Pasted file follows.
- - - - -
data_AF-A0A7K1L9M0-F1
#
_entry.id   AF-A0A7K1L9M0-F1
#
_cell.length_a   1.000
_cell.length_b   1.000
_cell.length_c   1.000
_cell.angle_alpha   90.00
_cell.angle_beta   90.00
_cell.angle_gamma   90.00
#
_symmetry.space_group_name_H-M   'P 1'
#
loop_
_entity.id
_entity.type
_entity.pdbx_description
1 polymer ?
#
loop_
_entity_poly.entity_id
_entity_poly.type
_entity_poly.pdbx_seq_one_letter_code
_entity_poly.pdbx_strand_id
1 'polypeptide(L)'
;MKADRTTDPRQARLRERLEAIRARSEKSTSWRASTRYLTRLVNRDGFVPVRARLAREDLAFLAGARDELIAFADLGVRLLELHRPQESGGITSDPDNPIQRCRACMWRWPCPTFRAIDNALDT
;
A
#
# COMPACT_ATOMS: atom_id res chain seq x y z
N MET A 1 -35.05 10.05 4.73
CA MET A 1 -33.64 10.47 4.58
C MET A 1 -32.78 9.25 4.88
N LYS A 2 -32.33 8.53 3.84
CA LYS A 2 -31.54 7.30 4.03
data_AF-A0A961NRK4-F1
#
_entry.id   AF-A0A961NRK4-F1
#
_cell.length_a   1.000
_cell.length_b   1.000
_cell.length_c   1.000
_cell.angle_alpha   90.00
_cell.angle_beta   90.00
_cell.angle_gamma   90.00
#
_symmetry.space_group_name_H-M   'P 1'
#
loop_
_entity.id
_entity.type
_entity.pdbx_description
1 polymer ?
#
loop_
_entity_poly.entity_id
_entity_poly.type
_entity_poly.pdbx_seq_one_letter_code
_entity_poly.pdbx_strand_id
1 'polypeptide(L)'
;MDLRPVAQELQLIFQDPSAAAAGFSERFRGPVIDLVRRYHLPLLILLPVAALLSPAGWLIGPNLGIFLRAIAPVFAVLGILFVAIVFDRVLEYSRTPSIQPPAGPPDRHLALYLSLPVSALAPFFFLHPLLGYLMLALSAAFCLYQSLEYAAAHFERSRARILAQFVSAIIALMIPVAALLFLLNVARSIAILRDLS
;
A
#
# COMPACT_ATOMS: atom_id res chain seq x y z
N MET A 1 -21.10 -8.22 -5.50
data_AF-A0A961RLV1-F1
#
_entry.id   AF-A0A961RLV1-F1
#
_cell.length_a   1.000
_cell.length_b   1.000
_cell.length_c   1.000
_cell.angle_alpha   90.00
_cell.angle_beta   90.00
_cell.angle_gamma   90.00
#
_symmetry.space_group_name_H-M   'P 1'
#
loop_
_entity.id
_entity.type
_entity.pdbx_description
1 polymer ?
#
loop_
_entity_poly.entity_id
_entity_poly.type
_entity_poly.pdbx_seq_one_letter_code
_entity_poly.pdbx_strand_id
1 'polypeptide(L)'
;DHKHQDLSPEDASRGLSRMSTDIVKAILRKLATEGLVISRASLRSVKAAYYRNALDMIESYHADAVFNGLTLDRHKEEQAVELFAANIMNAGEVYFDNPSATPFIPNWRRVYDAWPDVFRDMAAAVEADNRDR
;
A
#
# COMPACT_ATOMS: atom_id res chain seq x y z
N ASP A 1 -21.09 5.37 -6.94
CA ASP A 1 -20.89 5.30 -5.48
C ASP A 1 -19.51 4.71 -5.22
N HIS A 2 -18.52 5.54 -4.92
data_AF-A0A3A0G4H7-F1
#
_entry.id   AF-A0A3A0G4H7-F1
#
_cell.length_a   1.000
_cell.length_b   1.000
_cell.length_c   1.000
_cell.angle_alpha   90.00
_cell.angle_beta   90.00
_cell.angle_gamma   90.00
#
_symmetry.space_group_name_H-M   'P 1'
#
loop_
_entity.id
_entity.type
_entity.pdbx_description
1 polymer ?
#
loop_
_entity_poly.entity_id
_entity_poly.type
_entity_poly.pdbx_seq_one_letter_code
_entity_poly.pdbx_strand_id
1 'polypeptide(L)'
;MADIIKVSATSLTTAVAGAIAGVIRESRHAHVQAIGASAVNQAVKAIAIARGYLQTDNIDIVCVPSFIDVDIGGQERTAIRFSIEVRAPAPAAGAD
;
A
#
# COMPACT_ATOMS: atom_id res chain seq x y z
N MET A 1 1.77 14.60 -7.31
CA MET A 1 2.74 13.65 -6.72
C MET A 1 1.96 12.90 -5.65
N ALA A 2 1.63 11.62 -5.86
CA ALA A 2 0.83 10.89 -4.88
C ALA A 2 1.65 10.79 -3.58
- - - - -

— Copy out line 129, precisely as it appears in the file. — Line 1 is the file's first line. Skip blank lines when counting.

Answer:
#